Congress Has a Problem with Tech Censorship: There’s Not Enough of It!

Alice Salles Comments

As I explained in another article for The Advocates, tech companies like Facebook, Google, YouTube, and others are all protected under Section 230 of the Communications Decency Act. Meaning that they cannot be held liable for people’s posts. Despite this legal barrier, tech companies have, for the past couple of years, worked to weed out offensive content by labeling it as extremist or misinformation. But they haven’t done this alone, as they’re fully backed by elected officials.

Despite the industry’s efforts, lawmakers seem unhappy with the results.


During a hearing on Wednesday, tech giants failed to convince House members they were working tirelessly to make the Internet safe.

Additionally, they told officials, they are investing in both technology and trained professionals in order to deal with the potentially bad actors using their platforms. Unfortunately, lawmakers weren’t impressed, so they threatened to pursue legislation if firms “refuse to cooperate.

“They’re going to have to do more,” panel Chairman Bennie Thompson (D-Miss.) told reporters, while Rep. Max Rose (D-N.Y.) accused tech firms of offering “technocratic” explanations while “people are being killed.”

This hearing, which was held three months after the Christchurch, New Zealand mosque shootings, served as a means for members of the House Homeland Security Committee to criticize Twitter, Facebook, and Google for not taking the matter seriously. Furthermore, Rose said that the Global Internet Forum to Combat Terrorism, a coalition of top tech firms sharing information on on violent users, is a “joke of an association,” with other members of the committee  pressuring the firms to do more about the anti-vaccine sentiment spreading online.

But whenever the conversation focused on censoring content, some lawmakers raised concerns regarding freedom of speech, with a few even attacking the outlets for being biased against conservatives.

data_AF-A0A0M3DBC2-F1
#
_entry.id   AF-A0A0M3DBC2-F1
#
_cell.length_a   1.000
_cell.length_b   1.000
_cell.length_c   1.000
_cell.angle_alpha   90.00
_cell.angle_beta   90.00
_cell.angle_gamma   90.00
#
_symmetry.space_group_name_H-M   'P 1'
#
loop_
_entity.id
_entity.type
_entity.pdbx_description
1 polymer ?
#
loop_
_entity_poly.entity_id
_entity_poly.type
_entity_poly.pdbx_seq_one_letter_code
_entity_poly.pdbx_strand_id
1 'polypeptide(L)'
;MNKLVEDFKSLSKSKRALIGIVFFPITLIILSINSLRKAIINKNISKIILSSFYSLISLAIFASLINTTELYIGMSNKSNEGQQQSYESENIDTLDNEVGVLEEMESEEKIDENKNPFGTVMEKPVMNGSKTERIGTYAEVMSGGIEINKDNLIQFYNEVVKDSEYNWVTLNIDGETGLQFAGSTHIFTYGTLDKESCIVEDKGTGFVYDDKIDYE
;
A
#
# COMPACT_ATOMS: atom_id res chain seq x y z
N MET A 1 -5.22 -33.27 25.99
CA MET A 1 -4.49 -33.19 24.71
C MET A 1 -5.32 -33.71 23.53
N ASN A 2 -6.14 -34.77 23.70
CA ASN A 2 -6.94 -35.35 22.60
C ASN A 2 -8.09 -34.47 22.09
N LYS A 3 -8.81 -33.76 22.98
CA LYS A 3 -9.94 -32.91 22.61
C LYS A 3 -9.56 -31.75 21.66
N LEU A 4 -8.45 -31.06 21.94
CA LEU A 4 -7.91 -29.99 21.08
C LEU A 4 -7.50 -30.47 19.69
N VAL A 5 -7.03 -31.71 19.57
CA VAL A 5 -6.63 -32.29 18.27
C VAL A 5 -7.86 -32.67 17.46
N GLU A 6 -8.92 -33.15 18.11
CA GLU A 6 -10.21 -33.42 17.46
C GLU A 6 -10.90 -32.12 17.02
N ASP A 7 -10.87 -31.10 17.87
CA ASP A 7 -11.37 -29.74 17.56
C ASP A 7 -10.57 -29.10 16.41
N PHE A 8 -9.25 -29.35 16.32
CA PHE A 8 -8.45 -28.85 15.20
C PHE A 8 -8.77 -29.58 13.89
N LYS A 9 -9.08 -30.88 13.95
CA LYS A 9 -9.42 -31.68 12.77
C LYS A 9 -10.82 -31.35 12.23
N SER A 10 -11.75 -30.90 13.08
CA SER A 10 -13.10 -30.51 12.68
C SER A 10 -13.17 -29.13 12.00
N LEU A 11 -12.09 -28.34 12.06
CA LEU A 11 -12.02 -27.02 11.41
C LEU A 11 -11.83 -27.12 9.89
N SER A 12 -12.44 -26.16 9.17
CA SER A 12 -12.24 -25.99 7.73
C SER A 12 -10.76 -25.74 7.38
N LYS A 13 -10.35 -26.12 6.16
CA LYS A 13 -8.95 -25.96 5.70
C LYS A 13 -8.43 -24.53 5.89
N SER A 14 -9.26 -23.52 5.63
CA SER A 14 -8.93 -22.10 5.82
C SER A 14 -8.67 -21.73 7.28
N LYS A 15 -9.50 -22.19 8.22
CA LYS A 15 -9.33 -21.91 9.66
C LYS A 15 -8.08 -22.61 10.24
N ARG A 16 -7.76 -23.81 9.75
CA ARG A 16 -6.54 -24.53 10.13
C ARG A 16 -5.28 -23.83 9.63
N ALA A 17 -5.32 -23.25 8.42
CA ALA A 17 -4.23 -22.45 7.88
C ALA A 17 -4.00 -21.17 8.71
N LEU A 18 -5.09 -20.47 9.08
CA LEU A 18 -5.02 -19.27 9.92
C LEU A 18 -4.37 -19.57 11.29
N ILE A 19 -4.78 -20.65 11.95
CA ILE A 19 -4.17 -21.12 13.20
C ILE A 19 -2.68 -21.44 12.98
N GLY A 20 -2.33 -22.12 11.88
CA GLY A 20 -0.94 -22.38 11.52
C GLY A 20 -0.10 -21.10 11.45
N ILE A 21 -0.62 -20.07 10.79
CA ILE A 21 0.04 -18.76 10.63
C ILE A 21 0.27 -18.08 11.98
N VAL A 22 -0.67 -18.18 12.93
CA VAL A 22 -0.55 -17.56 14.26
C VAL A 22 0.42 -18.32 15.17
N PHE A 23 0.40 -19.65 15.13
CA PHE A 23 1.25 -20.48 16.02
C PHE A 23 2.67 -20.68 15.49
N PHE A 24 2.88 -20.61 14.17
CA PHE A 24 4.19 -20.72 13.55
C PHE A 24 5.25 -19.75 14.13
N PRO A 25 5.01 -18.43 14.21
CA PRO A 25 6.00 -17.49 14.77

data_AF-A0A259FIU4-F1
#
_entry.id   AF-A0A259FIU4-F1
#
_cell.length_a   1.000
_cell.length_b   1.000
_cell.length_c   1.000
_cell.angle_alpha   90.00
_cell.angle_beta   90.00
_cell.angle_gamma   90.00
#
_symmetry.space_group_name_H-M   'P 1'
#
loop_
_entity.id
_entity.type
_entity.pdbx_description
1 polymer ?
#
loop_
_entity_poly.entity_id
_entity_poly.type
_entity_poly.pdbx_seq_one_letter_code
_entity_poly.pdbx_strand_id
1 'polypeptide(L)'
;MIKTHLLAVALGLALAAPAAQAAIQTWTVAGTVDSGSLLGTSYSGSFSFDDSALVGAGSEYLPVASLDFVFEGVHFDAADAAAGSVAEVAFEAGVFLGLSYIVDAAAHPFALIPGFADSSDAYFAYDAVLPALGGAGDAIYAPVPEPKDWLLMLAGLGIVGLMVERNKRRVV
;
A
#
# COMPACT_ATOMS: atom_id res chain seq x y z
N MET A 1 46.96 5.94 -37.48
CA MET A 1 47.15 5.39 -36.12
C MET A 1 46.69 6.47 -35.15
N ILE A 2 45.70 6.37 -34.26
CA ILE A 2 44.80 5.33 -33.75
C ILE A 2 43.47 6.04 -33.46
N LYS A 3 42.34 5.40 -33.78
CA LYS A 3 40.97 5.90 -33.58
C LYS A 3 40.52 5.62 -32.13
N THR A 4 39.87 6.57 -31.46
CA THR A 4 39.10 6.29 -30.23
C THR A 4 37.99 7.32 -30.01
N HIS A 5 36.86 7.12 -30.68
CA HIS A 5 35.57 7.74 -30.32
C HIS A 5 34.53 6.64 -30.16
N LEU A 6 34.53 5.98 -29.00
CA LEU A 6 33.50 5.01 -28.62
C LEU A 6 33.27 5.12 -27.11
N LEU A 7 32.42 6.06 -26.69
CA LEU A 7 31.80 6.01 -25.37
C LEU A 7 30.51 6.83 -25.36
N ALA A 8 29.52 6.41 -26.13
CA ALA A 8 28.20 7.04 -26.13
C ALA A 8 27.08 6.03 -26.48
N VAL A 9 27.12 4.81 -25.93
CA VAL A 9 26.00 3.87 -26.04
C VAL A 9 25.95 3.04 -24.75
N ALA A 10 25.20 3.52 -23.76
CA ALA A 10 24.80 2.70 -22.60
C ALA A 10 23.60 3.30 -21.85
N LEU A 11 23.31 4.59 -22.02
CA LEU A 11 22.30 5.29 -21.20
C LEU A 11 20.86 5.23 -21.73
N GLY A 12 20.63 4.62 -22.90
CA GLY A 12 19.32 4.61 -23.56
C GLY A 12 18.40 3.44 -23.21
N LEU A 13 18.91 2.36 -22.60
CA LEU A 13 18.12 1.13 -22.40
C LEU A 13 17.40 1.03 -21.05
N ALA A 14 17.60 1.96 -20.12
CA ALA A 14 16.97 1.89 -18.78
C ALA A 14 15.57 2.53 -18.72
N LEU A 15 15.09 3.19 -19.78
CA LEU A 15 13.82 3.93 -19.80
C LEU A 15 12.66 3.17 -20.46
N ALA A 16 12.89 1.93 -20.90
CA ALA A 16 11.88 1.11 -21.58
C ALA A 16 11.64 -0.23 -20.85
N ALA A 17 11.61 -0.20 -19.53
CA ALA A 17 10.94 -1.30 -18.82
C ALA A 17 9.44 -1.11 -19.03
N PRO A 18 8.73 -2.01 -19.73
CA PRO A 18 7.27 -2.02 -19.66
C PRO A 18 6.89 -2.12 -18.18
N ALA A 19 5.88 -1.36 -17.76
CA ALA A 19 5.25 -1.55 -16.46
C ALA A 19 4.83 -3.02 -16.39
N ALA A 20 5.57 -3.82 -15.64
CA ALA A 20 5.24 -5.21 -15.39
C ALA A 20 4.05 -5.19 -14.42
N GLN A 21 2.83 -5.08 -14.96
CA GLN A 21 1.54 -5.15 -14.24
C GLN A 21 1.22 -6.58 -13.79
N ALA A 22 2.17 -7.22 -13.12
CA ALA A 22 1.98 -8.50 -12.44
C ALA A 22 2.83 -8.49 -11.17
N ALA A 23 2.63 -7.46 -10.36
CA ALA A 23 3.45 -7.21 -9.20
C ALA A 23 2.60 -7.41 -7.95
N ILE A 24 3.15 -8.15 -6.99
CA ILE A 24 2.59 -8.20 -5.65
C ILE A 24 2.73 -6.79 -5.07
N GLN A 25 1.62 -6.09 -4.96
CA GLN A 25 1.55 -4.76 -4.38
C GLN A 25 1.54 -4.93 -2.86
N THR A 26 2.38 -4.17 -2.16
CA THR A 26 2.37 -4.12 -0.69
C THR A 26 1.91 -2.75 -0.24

“Years ago, required reading I had was the book ‘1984,’” Rep. Debbie Lesko (R-Ariz.) said. “And this committee hearing is scaring the heck out of me.”

“If somebody Googles vaccines, the answer was, ‘Oh, we’re going to put over what the person is actually looking, for what we think is best,’” Lesko said. “Who are the people judging what’s best, what’s accurate? This is really scary stuff and really goes to the heart of our First Amendment rights.”

While technology has helped consumers and Internet users become more connected than ever, the online public forums of the day aren’t as free or as committed to putting the user first. Instead, companies like Facebook have long both feared and cooperated with government officials, exposing users to a series of abuses as a result.

But because government officials have the power to regulate any company out of existence, even those who have cooperated, we can’t expect to see tech giants acting any different from any other firm under Washington’s radar. Instead of standing up for users, and even making use of Section 230 to justify embracing a more hands-free approach, it’s clear that we’re about to see more censorship, not less. And who suffers because of this government-sponsored fishing expedition? Anyone who dares to question the status quo.

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